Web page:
Yeah, yeah, but I kind of photographed fashion in a big reportage style. Lots of movement. I try to snap people more than have them posing.
Do you have a repartee with models because you were once one yourself?
I think so. I know when they feel bad. I always felt bad when people expect something from you and don’t give you anything to feel inspired. They just want you to pose. “Look to the left. To the right.” I felt like an object. Models have personality. I have them express themselves in front of the camera. I think that is so much more interesting than models who are beautiful and just sit and “don’t move.” I’d much rather have somebody with personality.
If you’re taking a fashion shot of a model wearing a hat, do you direct the shoot like a movie director?
I always try to get them to think of something else. “You see something. You’re jealous. You’re in love.” Mostly it’s jealous or in love. It’s not very complicated. “Are you a spy?” I like them when they scratch their forehead. I like the spontaneity. I just like to have some emotion coming out in the picture.
What’s the difference between the erotic pictures and straight fashion shots?
You tell me.
Is there any difference during the shooting?
It’s more intimate. It’s more like a girly thing kind of. It’s you know … yeah. It’s more intimate.
Did you model nude when you were a model?
Not really. No.
Was it because you were never asked or you just didn’t want to do it?
I wasn’t really asked. I had a very jealous boyfriend. I don’t think I could have really done it. Either girls are into it or they aren’t. Some people have fun doing nude pictures. Others don’t. I never force anybody or push anybody. It’s like “This girl is great for this.” And “This girl is great for that.” It’s like that.
How does a model let you know that she doesn’t want to be nude?
It’s not the first question I ask them, but sometimes I do. Sometimes I do casting and I ask them, “Do you do nudes?” And they have to answer straight away. You notice when girls are inhibited. Or when they don’t like a décolleté dress. You just feel it.
But everyone had fun on the shoot for “Revenge” …
Very much. It was a very warm day. It was very easy and joyful [to get naked].
Are there outtakes that are too revealing to be used?
There are some pictures that I didn’t use. I had an exhibition in Paris, and I had a slide show of some of the outtakes. There were lots of pictures which I loved because as I say it was a bit like a movie so there were lots of beautiful pictures of spontaneous things. It was very hard to edit them down. I don’t know how many days it took.
One hundred and twenty days like “120 Days of Sodom”?
[Laughs.] More like 180 or 160. In the beginning I had 500 pictures which I loved.
Women being tied up and beaten isn’t politically correct. In France do you have political correctness?
Yes. I guess so. It’s a fantasy. The book is not for everybody, that’s for sure. It’s a fantasy. It’s not realistic.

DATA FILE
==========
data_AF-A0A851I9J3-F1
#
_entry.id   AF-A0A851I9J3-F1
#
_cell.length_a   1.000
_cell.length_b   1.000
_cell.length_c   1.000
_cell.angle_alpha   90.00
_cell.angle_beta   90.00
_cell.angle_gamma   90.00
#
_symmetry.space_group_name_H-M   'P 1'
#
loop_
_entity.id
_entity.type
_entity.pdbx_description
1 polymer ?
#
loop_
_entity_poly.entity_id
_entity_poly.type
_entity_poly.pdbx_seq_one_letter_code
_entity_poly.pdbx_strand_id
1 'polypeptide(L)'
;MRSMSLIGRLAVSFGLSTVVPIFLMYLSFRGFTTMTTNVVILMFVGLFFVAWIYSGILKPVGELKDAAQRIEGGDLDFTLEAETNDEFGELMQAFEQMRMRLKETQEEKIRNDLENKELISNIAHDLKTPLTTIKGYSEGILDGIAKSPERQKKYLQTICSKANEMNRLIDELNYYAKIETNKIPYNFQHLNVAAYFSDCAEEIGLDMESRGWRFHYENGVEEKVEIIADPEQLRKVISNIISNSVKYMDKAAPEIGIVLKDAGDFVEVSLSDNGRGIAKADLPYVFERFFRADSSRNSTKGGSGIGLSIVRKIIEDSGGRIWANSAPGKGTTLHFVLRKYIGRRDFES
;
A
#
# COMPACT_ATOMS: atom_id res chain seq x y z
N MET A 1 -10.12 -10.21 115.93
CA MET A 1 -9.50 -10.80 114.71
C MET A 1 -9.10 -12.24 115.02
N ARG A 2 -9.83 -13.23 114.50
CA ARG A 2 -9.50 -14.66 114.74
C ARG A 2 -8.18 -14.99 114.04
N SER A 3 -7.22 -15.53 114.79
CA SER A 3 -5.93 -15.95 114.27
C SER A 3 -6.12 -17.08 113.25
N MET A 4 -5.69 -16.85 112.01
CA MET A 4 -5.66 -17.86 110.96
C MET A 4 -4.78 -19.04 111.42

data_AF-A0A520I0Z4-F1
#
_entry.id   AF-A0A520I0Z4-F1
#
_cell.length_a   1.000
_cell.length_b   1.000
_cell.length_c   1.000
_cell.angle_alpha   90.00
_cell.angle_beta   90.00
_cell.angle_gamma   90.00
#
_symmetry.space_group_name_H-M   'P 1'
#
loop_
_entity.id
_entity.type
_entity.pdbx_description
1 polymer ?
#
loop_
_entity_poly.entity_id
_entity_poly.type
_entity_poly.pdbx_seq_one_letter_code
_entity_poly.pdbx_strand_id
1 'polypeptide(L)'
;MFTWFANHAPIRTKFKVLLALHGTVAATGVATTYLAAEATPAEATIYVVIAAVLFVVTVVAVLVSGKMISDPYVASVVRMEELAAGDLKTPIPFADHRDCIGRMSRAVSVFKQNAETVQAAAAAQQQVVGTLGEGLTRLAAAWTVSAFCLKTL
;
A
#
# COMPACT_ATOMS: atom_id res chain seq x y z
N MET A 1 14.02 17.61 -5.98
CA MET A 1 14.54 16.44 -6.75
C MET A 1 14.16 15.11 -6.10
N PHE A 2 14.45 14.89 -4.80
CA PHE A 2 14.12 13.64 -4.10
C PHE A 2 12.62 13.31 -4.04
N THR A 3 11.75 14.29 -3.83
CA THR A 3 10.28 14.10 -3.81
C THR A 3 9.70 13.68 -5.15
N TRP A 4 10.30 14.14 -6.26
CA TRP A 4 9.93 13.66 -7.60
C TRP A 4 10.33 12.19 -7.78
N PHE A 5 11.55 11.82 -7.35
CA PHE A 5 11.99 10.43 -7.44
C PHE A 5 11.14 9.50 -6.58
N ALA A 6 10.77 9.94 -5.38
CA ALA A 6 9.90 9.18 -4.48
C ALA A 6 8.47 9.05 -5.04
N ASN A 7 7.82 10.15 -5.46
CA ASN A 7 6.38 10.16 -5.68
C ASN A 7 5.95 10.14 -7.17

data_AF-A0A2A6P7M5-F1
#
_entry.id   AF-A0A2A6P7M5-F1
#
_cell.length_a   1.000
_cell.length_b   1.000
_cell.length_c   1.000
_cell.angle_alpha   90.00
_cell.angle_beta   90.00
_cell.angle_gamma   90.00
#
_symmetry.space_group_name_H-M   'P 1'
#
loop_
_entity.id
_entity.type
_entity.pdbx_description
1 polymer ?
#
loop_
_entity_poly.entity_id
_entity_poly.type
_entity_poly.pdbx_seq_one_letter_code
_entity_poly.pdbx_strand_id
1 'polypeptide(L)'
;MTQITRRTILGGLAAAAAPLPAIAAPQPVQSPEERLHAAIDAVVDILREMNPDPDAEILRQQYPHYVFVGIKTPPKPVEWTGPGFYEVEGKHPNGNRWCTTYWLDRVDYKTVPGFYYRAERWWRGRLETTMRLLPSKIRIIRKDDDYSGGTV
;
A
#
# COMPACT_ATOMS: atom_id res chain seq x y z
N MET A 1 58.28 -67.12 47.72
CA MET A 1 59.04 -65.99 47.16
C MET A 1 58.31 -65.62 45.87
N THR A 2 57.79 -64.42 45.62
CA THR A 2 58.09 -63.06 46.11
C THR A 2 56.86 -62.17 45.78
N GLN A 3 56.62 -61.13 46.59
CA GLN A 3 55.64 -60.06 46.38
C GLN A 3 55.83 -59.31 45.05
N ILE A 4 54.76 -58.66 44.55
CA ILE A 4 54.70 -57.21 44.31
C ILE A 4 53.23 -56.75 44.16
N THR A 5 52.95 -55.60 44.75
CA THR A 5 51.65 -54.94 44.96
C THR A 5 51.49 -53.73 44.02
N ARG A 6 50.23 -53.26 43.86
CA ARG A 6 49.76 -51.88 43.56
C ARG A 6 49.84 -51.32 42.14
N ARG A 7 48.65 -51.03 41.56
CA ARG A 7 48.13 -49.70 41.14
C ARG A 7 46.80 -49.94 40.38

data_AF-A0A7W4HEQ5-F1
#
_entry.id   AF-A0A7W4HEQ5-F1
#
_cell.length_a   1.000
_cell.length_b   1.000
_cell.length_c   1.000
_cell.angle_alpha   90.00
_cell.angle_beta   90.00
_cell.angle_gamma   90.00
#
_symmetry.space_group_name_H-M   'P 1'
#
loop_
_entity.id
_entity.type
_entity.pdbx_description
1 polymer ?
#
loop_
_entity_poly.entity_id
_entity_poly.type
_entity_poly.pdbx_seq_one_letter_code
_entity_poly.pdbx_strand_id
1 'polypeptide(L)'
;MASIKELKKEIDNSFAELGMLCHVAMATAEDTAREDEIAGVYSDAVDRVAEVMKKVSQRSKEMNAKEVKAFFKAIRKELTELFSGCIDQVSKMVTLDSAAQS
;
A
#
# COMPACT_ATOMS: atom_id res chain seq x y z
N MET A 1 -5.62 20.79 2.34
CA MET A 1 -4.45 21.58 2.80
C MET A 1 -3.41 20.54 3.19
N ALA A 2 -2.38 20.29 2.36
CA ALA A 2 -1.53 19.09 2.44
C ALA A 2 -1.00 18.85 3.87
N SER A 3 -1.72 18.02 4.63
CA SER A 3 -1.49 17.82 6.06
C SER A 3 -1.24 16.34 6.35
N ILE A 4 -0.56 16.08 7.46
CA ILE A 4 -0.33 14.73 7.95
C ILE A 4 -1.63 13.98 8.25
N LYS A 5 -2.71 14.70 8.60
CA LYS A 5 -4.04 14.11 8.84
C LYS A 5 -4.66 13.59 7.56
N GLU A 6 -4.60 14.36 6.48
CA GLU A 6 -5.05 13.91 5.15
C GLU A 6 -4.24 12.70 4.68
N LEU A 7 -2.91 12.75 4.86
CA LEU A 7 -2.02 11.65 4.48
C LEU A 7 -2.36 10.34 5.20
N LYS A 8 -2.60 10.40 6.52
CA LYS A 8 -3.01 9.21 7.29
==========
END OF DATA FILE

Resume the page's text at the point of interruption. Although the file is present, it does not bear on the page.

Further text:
Does this reflect your fantasies?
Are these picture homogeneous to your fantasies?
It’s something I’m fascinated by, for sure. I love the kind of bondage theme. I was always fascinated by Betty Page and all those naughty pictures of the 1920s, and the beginning of the century. I love those pictures.
What’s great about Betty Page is that she always looked so innocent no matter whether she was being spanked or finding herself tied up like origami.
Betty was innocent but she did the shoots with so much self-confidence. There was nothing degrading about it. She looked very strong. The photos were just sort of beautiful.
Have you yourself ever been handcuffed naked to a radiator?
[Laughs.] No. In every picture there is something personal. Even in the casting — there’s something about a girl. There is always something personal. Do you mean, “Do I get tied up every day?” No. [Laughs.] That’s not the case. When I was a child we would be playing, you know, “You are the slave.” “You are the queen.” “You are mean.” You know, it’s like fairytale.
I once spoke with a real dominatrix, and it was a little frightening. S/M is about pain. Real pain. And people enjoy this. It’s not a fantasy. It’s real.
I’m not into that at all. That’s why I did the book in black and white. I’m not really into hardcore bondage. It frightens me, too. It’s shocking that people really do this kind of thing. But then everyone has their own thing.
What is your next project?
I have some ideas that I’m working on. It’s something different than this. Probably still about beautiful sexy women. It’s a secret. I don’t want to talk about it yet.
This is the most personal question I will ask you: “When were you born?”
I’m not going to answer that.
David Bowman is the author of the novel "Bunny Modern" and the nonfiction book "This Must Be the Place: The Adventures of the Talking Heads in the 20th Century." More David Bowman.